Hcy is a sulphur containing amino acid which is generated from the metabolism of methionine, the synthesis and metabolism of which involves four steps (Fig 1). The first step is transmethylation pathway which involves the conversion of methionine to homocysteine [18]. Second step is the transsulphuration pathway that involves the irreversible conversion of homocysteine to cysteine in presence of cystathione-b-synthase (CBS), a rate limiting enzyme and vitamin B6, an essential cofactor [19, 20]. The third step is the re-methylation pathway during which the regeneration of methionine from homocysteine occurs that is mediated by methionine synthase alongwith 5,10-methylenetetrahydrofolate (MTHF) and Vitamin B12 as essential cofactors. The last step is the regeneration of methylenetetrahydrofolate (MTHF) from tetrahydrofolate (THF) which is catabolized by enzyme 5,10-methelene-tetrahydrofolate reductase [10, 13].


Epidemiological evidences and observational studies data suggest an association between elevated Hcy levels and increased risk of cardiovascular complications like atherosclerosis, endothelial dysfunction, hypertension, myocardial infarction and chronic heart failure [7, 8, 13, 14, 15, 16, 17]. Atherosclerosis is characterized by a thickening of the arterial wall due to smooth muscle cell proliferation, lipid deposits and fibrosis [21, 22]. The rupture of lipidcontaining atherosclerotic plaques results in thrombosis that further leads to myocardial infarction and stroke [21]. Moreover, Hhcy has been found to be associated with primary thrombotic disorder affecting arteries and veins [23]. In addition, Hhcy has been noted to be associated with a factor or factors that primarily cause venous and arterial thrombosis. It has also been reported that very high homocysteine concentrations are thrombogenic. It was evident that in patients presented with cystathionine-F-synthase (CBS) deficiency and inborn errors of homocysteine remethylation, the accumulation of the precursor of homocysteine, Sadenosylhomocysteine (SAH), occurs that ultimately leads to hypomethylation of some essential components [10, 24]. The role of SAH in Hhcy condition was evidenced by the fact that the therapy which lowers plasma homocysteine concentration also reduced SAH and restored impaired transmethylation reactions. The well reported common causes of Hhcy may be attributed to low serum or red cell folate concentrations, vitamin B-12 deficiency, decline in renal function and the TT genotype for the common C677T/MTHFR polymorphism alongwith low folate status [25, 26, 27, 28]. Further, the interrelations between endotheliumdependant vasodilatation mediated by NO release and plasma homocysteine have been established [29, 30]. It has been shown that that endotheliumdependant vasodilatation is reduced in Hhcy patients but not in their obligate heterozygote parents evidencing the probable role of Hhcy in the development and progression of endothelium dysfunction. Additionally, several groups established 3-fold increase in circulating homocysteine after a standard methionine load diet that reduced endothelium-dependant vasodilatation [31]. In another study, it was demonstrated that treatment with oral ascorbic acid, a potent antioxidant, prevented endothelial dysfunction associated with a 2-3-fold increase in homocysteine after a standard methionine load [22, 32]. The vascular risk associated with Hhcy has been observed to be stronger in hypertensive individuals [3, 33, 34]. Hence, the attention has been focused on the direct relations of plasma homocysteine to blood pressure and hypertension because it has been suggested that the adverse risk associated with Hhcy is mediated in part by the positive association of homocysteine with hypertension [35, 36]. In the third National Health and Nutrition Examination Survey (NHANES III), it was observed that persons with higher plasma homocysteine concentrations showed a 2-3-fold increase in the prevalence of hypertension when compared to persons with normal homocysteine levels [35, 37]. Additionally, a potential role of homocysteine in the pathogenesis of hypertension was evidenced by the fact that homocysteinelowering treatment reduced systolic and diastolic blood pressures [38]. Thus, a considerable body of evidence suggests a role for plasma homocysteine in the pathogenesis of hypertension [34, 36, 39]. Furthermore, plasma homocysteine has been suggested to be increased in CHF patients and hence, represents a newly recognized risk marker [40, 41, 42]. The data from clinical studies indicate that Hhcy is associated with an increased incidence of CHF as well as with the severity of the disease [43, 44, 45, 46]. The results from various studies show that Hhcy causes adverse cardiac remodeling characterized by interstitial and perivascular fibrosis resulting in increased myocardial stiffness [47]. It has been noted that Hhcy affects the pump function of the myocardium, the underlying mechanism of which potentially involves the direct effects of homocysteine on the myocardium as well as NO independent vascular effects [16, 47]. In addition, it has been also suggested that Hhcy derived endothelial dysfunction induced an increased expression of adhesion molecules followed by immigration and activation of inflammatory cells, secretion of chemokines, altered fibroblast and cardiomyocyte function and an increased collagen synthesis that has been ultimately lead to CHF [48, 49, 50].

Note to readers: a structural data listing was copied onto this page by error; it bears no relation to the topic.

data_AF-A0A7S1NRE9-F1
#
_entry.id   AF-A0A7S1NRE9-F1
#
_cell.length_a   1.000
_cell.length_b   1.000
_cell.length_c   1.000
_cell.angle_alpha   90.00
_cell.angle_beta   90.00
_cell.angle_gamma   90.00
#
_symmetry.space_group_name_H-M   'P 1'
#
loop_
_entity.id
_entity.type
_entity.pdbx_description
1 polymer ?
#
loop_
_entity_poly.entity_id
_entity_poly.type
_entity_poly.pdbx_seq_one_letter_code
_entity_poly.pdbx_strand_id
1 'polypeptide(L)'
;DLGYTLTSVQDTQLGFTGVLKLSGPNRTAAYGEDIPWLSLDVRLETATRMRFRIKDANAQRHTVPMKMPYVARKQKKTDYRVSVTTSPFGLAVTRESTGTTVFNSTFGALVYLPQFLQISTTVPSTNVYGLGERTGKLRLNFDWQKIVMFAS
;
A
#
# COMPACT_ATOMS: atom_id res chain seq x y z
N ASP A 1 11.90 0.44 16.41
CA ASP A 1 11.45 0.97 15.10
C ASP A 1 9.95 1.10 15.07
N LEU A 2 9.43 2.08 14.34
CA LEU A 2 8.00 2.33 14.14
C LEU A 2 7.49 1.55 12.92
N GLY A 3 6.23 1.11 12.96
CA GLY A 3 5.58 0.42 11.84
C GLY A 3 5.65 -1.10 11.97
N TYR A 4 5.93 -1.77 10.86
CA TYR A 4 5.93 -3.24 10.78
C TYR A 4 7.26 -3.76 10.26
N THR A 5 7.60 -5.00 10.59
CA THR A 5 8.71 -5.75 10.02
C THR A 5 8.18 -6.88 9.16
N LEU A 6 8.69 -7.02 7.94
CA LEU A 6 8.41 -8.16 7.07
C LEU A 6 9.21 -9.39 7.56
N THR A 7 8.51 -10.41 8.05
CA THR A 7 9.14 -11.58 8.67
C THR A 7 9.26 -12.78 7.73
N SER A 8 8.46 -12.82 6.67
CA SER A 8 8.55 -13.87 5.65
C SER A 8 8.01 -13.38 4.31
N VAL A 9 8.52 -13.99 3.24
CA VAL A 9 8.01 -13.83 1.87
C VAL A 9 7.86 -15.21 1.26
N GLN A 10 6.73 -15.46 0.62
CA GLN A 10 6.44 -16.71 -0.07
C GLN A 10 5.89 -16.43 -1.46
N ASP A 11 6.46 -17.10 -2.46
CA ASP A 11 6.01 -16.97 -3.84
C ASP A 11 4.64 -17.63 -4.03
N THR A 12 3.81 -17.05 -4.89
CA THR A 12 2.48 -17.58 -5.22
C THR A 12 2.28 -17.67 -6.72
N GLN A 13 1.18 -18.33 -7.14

The impaired metabolism of Hcy in blood produces the Hhcy which has been regarded as an independent risk factor for many cardiovascular diseases as it exerts negative role on endothelial membrane. However, many studies have reported a significant correlation between Hhcy and cardiovascular complications but data from ongoing studies are awaited to clarify this issue further. Hence, new studies are demanded in order to provide the evidence of involvement of potent signaling markers in Hhcy-induced cardiovascular complications and new therapies to relieve this condition.

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Figure 1
Figure 1